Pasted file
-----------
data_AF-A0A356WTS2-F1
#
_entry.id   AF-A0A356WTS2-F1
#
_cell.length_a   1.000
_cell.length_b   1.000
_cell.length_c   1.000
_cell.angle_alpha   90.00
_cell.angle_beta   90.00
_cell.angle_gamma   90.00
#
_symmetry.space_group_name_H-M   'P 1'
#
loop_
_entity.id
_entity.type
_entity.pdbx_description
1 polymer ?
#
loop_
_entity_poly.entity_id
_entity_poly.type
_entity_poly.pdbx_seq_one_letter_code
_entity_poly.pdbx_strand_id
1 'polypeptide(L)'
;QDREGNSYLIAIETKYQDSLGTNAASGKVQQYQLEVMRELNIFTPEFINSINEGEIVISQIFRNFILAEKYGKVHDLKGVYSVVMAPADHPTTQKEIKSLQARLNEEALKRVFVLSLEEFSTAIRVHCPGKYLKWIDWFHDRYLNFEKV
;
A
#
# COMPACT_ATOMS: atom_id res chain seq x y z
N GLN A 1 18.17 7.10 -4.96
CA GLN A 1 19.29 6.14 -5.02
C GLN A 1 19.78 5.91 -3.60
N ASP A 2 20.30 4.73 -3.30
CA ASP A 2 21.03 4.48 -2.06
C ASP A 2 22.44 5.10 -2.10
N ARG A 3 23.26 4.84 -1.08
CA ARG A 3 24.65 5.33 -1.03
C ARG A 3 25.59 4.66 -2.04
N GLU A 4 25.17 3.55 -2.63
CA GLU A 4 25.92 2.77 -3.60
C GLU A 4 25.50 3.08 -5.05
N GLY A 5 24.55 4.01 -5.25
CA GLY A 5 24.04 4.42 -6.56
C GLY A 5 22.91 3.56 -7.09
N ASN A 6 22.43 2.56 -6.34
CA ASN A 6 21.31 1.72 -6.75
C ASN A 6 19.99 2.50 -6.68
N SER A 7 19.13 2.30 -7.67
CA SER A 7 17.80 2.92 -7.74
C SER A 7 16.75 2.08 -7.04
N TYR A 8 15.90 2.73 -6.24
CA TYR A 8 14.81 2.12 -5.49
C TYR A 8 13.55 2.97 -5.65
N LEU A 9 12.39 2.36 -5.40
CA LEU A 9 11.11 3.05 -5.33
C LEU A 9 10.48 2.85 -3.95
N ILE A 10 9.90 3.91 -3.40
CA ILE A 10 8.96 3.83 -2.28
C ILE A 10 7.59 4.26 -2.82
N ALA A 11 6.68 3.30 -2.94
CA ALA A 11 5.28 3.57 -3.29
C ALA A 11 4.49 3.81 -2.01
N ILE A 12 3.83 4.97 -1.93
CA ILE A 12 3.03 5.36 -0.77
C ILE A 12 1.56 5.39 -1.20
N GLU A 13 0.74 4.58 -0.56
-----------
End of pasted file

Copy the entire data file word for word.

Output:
data_AF-A0A356WTS2-F1
#
_entry.id   AF-A0A356WTS2-F1
#
_cell.length_a   1.000
_cell.length_b   1.000
_cell.length_c   1.000
_cell.angle_alpha   90.00
_cell.angle_beta   90.00
_cell.angle_gamma   90.00
#
_symmetry.space_group_name_H-M   'P 1'
#
loop_
_entity.id
_entity.type
_entity.pdbx_description
1 polymer ?
#
loop_
_entity_poly.entity_id
_entity_poly.type
_entity_poly.pdbx_seq_one_letter_code
_entity_poly.pdbx_strand_id
1 'polypeptide(L)'
;QDREGNSYLIAIETKYQDSLGTNAASGKVQQYQLEVMRELNIFTPEFINSINEGEIVISQIFRNFILAEKYGKVHDLKGVYSVVMAPADHPTTQKEIKSLQARLNEEALKRVFVLSLEEFSTAIRVHCPGKYLKWIDWFHDRYLNFEKV
;
A
#
# COMPACT_ATOMS: atom_id res chain seq x y z
N GLN A 1 18.17 7.10 -4.96
CA GLN A 1 19.29 6.14 -5.02
C GLN A 1 19.78 5.91 -3.60
N ASP A 2 20.30 4.73 -3.30
CA ASP A 2 21.03 4.48 -2.06
C ASP A 2 22.44 5.10 -2.10
N ARG A 3 23.26 4.84 -1.08
CA ARG A 3 24.65 5.33 -1.03
C ARG A 3 25.59 4.66 -2.04
N GLU A 4 25.17 3.55 -2.63
CA GLU A 4 25.92 2.77 -3.60
C GLU A 4 25.50 3.08 -5.05
N GLY A 5 24.55 4.01 -5.25
CA GLY A 5 24.04 4.42 -6.56
C GLY A 5 22.91 3.56 -7.09
N ASN A 6 22.43 2.56 -6.34
CA ASN A 6 21.31 1.72 -6.75
C ASN A 6 19.99 2.50 -6.68
N SER A 7 19.13 2.30 -7.67
CA SER A 7 17.80 2.92 -7.74
C SER A 7 16.75 2.08 -7.04
N TYR A 8 15.90 2.73 -6.24
CA TYR A 8 14.81 2.12 -5.49
C TYR A 8 13.55 2.97 -5.65
N LEU A 9 12.39 2.36 -5.40
CA LEU A 9 11.11 3.05 -5.33
C LEU A 9 10.48 2.85 -3.95
N ILE A 10 9.90 3.91 -3.40
CA ILE A 10 8.96 3.83 -2.28
C ILE A 10 7.59 4.26 -2.82
N ALA A 11 6.68 3.30 -2.94
CA ALA A 11 5.28 3.57 -3.29
C ALA A 11 4.49 3.81 -2.01
N ILE A 12 3.83 4.97 -1.93
CA ILE A 12 3.03 5.36 -0.77
C ILE A 12 1.56 5.39 -1.20
N GLU A 13 0.74 4.58 -0.56